“The Fed will not stop hiking until they see the labor market weaken so we think that the 2s10s curve should flatten. We should see the market keeping some risks of a 50bp hike in March. Not a bad report for risk assets but financials loom larger.”

Finally, Inflation Insights founder Omair Sharif saw it as a moderately bullish report:

“This report screams soft landing and looks to be a pretty good one for the Fed,” quipped Sharif.

Investors seemed to think that, too, as they brought the indexes off their session lows.

But the big story of the day came from Silicon Valley Bank (NASDAQ: SIVB), which cratered 50% yesterday after the bank announced that it needed to sell more stock to raise funds. After being unable to do so, the bank was then advised to seek a buyer this morning. SIVB shares raced another 66% lower in premarket trading.

The stock was halted immediately prior to regulators seizing the bank. SIVB got in trouble due to the nature of its business; the bank specialized in (often fickle) venture-capital firms and tech startups. It also had massive exposure to fixed-rate Treasury yields, which caused the bank to carry a large unrealized loss that started to snowball late last year. Rate hikes amplified these losses and when SIVB scrambled to mitigate this exposure, it cost the bank billions to transition from longer-term Treasurys into shorter-term ones.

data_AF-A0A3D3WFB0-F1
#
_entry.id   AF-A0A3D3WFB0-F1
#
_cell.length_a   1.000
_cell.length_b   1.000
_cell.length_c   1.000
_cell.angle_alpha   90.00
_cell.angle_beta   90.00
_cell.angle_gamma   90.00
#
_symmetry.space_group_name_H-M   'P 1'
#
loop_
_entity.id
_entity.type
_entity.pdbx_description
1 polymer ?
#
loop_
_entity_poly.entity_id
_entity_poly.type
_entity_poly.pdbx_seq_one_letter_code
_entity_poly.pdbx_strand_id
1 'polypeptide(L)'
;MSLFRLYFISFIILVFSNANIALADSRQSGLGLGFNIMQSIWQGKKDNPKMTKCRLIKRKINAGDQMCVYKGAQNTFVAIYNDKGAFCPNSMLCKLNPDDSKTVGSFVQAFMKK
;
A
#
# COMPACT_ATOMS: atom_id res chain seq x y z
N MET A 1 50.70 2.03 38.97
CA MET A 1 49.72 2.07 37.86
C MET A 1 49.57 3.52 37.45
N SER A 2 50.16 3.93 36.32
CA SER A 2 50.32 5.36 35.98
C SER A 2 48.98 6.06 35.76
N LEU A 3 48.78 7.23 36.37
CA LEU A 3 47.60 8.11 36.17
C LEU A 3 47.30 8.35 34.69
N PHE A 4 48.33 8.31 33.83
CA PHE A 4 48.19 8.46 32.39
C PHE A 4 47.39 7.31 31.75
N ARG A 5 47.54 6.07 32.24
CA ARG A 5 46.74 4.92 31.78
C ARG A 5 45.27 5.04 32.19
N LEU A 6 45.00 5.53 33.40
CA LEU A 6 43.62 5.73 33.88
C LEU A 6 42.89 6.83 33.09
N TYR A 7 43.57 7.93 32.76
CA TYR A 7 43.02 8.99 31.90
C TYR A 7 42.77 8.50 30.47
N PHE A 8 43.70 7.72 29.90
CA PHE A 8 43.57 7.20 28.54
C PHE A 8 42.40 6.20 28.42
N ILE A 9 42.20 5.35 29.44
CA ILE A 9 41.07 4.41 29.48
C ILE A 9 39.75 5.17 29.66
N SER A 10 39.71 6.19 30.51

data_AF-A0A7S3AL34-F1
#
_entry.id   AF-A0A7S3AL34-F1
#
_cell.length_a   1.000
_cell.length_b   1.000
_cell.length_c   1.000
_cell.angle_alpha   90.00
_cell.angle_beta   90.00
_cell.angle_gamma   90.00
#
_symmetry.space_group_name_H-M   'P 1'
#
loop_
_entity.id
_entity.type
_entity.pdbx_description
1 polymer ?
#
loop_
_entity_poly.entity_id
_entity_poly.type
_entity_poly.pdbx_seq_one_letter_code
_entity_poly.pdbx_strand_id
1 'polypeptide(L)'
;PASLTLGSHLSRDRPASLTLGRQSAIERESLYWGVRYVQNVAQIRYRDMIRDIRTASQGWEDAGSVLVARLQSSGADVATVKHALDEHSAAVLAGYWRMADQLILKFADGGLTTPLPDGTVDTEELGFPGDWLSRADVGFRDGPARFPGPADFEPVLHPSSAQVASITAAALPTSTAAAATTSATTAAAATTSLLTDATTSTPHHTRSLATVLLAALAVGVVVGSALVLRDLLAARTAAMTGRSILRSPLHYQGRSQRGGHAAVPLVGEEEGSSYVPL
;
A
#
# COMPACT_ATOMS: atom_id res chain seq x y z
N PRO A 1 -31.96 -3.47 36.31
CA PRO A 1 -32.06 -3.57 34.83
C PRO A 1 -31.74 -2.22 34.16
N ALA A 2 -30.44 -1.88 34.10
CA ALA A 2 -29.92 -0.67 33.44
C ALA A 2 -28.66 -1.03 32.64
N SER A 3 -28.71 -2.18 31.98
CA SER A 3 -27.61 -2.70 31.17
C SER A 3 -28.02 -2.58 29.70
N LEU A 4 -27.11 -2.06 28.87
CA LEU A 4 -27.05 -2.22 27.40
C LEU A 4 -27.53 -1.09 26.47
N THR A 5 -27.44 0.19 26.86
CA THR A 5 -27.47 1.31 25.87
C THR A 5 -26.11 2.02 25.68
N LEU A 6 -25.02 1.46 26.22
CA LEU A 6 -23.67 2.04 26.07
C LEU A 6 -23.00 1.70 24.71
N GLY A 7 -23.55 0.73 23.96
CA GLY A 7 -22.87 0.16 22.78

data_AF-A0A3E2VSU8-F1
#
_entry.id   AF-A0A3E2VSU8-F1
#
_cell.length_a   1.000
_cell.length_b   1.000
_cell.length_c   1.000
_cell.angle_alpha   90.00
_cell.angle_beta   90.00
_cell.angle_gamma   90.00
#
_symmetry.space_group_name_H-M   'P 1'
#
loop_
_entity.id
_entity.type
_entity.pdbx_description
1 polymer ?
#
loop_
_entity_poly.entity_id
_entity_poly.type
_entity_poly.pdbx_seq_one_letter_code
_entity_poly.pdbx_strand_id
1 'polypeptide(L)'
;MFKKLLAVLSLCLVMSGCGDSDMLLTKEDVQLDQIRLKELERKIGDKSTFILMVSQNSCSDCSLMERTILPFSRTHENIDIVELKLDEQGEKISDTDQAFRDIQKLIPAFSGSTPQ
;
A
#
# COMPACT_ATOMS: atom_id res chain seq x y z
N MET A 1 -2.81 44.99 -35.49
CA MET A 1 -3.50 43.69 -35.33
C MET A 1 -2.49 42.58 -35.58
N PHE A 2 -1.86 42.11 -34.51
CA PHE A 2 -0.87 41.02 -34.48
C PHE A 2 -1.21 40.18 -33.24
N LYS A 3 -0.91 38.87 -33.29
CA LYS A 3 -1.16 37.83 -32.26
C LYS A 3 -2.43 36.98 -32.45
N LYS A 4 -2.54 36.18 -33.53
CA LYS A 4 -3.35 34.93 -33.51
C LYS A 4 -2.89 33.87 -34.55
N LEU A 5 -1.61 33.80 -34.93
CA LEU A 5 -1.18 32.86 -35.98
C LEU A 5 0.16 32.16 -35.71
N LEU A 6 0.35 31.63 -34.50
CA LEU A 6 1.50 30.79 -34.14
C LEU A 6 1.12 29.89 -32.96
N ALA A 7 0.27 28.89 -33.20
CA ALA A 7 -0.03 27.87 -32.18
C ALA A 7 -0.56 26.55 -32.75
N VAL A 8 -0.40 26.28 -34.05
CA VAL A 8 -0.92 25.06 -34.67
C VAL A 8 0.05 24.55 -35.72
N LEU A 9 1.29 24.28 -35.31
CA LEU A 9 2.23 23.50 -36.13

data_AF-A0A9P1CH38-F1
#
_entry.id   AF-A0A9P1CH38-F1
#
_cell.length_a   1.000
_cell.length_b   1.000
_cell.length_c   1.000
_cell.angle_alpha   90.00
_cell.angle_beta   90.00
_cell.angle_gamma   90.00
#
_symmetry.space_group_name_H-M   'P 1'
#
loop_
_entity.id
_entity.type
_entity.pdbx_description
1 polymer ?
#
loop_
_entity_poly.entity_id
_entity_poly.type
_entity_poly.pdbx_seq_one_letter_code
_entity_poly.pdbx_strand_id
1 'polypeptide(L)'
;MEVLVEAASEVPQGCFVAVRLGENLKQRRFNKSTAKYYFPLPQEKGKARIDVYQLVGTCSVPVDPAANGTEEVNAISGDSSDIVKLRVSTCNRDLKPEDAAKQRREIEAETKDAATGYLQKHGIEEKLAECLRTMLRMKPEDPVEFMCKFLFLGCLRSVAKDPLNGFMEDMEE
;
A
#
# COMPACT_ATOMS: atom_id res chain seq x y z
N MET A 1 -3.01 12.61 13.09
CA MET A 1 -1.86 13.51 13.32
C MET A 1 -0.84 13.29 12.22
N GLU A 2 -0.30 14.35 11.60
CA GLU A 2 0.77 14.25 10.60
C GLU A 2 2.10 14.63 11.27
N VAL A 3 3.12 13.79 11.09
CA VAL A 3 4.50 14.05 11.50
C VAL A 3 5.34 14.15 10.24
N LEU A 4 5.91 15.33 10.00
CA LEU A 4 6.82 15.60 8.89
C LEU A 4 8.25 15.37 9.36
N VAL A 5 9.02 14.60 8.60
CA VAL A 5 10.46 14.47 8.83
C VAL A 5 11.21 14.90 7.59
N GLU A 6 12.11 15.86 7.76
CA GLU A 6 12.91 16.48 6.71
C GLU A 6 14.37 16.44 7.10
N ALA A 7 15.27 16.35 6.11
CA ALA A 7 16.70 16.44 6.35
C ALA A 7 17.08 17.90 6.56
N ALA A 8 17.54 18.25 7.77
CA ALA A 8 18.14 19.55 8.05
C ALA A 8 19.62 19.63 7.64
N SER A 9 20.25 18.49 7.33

Prior to that transition, unrealized losses climbed to $16 billion as of Q3 2022. That’s a lot of dough, and it was a big problem for the bank as shareholder equity was only $15.8 billion at the time, putting SIVB’s total equity underwater compared to unrealized losses. Rates continued rising, making these losses even bigger, all while SIVB stuffed them under the rug (so to speak) as it refused to let go of these investments.

That’s what prompted SIVB’s recent $21 billion security liquidation, which the bank announced yesterday. It sold longer-term Treasurys to reinvest those funds in shorter-term Treasurys. It made sense as a long-term play, but it also came at a great cost to the bank. The mere announcement of this gambit, alongside its attempted $2.5 billion stock sale, prompted a run on SIVB, completely draining its vaults.